Iowans who qualify for federal food assistance received $141 million less in benefits from April through August, due to Governor Kim Reynolds' action earlier in the year, according to data the Iowa Hunger Coalition released on October 12.
After Reynolds ended the state's public health emergency related to the COVID-19 pandemic, Iowans lost access to the emergency allotments in the Supplemental Nutrition Assistance Program (SNAP), formerly known as food stamps. The Iowa Hunger Coalition calculated that the total amount Iowans received through SNAP dropped by 43 percent from March to April.
Without the emergency allotments, the coalition reported, "On average, households have been receiving $200 less in benefits every month. The average SNAP benefit per meal for individuals in Iowa was $1.56 in August 2022."
The federal government entirely funds the SNAP program, so the state of Iowa saved no money by depriving food-insecure Iowans of extra benefits.
On the contrary: the U.S. Department of Agriculture's Economic Research Service has calculated that each $1 issued in SNAP benefits generates $1.54 in economic impact. (When people in need receive more food assistance, they can spend more of their limited resources on other goods and services in their community.) So the $141 million Iowans did not receive from April through August could have increased Iowa's gross domestic product by $217 million.
The Iowa Hunger Coalition's news release noted that as of August 22, Iowa's SNAP enrollment was 278,514, the lowest level "in nearly 14 years."
Coalition chair Luke Elzinga commented, “Hunger is a policy choice, and I can’t think of a more clear example that illustrates this."
A map Elzinga created shows 33 states—including Republican-controlled Texas, Utah, Oklahoma, Alabama, Ohio, and South Carolina—are still allowing residents to receive the emergency allotments the USDA Food and Nutrition Service made available early in the pandemic. The other seventeen states, including Iowa, ended their public health emergency proclamations in 2021 or the first half of 2022, so their residents can no longer obtain the extra SNAP benefits.
The difference is stark. One recipient, Tara Kramer of Des Moines, said she is receiving just $23 a month in SNAP benefits, but would receive $281 if Iowans still had access to the emergency allotments. She now visits food pantries "multiple times a week."
After Reynolds ended the public health emergency, food pantry leaders predicted that demand (already at historically high levels) would increase. Indeed, Elzinga observed, “Not only has the loss in SNAP benefits harmed the physical and mental health of people experiencing hunger and food insecurity, it has put a tremendous strain on anti-hunger organizations who are breaking records to make sure Iowans stay fed." Food pantry leaders in Coralville, Johnston, and Linn County described an influx in Iowans needing help and continual trouble keeping shelves stocked.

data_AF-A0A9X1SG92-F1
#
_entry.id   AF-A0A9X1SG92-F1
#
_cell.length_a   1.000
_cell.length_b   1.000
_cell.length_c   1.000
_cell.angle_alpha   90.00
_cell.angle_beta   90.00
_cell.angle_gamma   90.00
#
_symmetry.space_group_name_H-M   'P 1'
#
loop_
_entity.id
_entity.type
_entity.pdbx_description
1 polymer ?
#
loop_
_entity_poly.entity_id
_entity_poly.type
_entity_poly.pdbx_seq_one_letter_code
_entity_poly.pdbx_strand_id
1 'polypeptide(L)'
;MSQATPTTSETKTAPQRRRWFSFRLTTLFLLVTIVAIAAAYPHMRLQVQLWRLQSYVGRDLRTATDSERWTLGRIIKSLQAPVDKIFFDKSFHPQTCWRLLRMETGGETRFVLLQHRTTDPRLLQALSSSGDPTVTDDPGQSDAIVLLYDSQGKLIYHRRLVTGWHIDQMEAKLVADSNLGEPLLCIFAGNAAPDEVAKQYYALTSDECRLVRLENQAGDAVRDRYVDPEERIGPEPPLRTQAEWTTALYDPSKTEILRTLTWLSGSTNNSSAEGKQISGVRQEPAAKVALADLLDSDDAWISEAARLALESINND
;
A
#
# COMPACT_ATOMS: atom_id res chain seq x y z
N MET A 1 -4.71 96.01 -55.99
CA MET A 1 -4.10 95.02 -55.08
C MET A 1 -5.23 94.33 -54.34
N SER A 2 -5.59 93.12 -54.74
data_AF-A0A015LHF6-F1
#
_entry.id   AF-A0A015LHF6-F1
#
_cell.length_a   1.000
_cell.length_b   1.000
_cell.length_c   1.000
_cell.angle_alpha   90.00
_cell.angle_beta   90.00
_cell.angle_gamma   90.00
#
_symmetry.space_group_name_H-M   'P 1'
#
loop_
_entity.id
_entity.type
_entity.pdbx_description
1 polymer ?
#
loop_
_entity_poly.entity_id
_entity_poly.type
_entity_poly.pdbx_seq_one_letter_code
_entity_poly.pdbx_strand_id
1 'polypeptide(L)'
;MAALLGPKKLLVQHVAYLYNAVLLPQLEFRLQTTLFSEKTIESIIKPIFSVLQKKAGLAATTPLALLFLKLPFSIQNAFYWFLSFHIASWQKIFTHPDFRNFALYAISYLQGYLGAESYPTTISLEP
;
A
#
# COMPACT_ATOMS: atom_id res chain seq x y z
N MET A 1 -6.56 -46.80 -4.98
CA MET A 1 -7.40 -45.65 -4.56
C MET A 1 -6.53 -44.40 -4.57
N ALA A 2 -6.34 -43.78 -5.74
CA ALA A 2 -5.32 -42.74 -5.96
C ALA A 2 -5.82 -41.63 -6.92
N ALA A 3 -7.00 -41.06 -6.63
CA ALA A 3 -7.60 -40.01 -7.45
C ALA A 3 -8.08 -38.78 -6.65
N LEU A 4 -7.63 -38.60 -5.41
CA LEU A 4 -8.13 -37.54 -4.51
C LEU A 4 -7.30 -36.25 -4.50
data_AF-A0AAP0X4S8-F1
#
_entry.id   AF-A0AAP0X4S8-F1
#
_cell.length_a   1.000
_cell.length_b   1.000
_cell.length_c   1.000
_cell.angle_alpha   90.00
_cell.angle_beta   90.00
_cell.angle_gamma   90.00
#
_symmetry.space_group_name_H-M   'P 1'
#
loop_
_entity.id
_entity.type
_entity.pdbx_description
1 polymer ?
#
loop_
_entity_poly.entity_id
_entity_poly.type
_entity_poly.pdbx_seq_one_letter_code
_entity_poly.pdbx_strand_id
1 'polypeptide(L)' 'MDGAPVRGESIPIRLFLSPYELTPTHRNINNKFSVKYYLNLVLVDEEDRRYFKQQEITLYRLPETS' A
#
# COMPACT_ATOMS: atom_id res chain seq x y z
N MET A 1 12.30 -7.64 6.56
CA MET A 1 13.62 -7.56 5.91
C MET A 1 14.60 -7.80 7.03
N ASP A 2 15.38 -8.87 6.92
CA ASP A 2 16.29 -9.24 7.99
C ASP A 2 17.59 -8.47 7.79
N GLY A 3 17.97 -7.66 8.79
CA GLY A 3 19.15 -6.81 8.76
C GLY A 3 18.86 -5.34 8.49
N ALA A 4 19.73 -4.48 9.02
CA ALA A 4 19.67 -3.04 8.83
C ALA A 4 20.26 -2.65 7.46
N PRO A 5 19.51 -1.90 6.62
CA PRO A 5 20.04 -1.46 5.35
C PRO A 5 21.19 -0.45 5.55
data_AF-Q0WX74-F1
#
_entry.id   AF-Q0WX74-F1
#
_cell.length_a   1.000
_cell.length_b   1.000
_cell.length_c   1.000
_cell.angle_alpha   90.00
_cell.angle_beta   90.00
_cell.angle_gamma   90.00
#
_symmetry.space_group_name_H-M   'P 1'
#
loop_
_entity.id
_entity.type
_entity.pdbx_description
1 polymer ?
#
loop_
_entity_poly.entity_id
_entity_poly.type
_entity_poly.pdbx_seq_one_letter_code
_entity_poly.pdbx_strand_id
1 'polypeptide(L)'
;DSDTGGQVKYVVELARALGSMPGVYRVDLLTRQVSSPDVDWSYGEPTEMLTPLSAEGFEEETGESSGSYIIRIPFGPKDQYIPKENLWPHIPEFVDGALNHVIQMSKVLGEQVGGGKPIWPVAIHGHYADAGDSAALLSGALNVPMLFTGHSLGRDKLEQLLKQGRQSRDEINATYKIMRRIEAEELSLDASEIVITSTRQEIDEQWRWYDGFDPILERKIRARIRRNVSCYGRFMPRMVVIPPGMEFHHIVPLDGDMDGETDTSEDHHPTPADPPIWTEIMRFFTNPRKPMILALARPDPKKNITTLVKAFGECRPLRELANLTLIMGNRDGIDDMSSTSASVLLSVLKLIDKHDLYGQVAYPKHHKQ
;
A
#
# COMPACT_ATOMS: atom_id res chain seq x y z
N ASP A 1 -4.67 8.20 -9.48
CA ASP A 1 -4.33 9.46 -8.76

Reynolds and other Republican politicians are quick to blame the Biden administration and Democratic-controlled Congress for rising gas and food prices, which are straining many family budgets. Iowa's governor could have lessened the burden on hundreds of thousands of her constituents, had she not cut them off from extra federal food assistance.
The governor's spokesperson Alex Murphy did not respond to Bleeding Heartland's inquiry about the loss of SNAP benefits and declining enrollment in the program during a time of great need.
The Iowa Hunger Coalition created a spreadsheet (.xlsx file) to show how the SNAP benefit losses broke down by county and by Congressional district. As a whole, Iowans living in the new first district would have received an additional $35.8 million from April through August, if the emergency allotments were still in place. Numbers for the other districts: $34.1 million for IA-02 residents, $38.2 million for those in IA-03, and $32.5 million for IA-04.
Top image of food pantry originally published on the Food Bank of Iowa's Facebook page on September 22.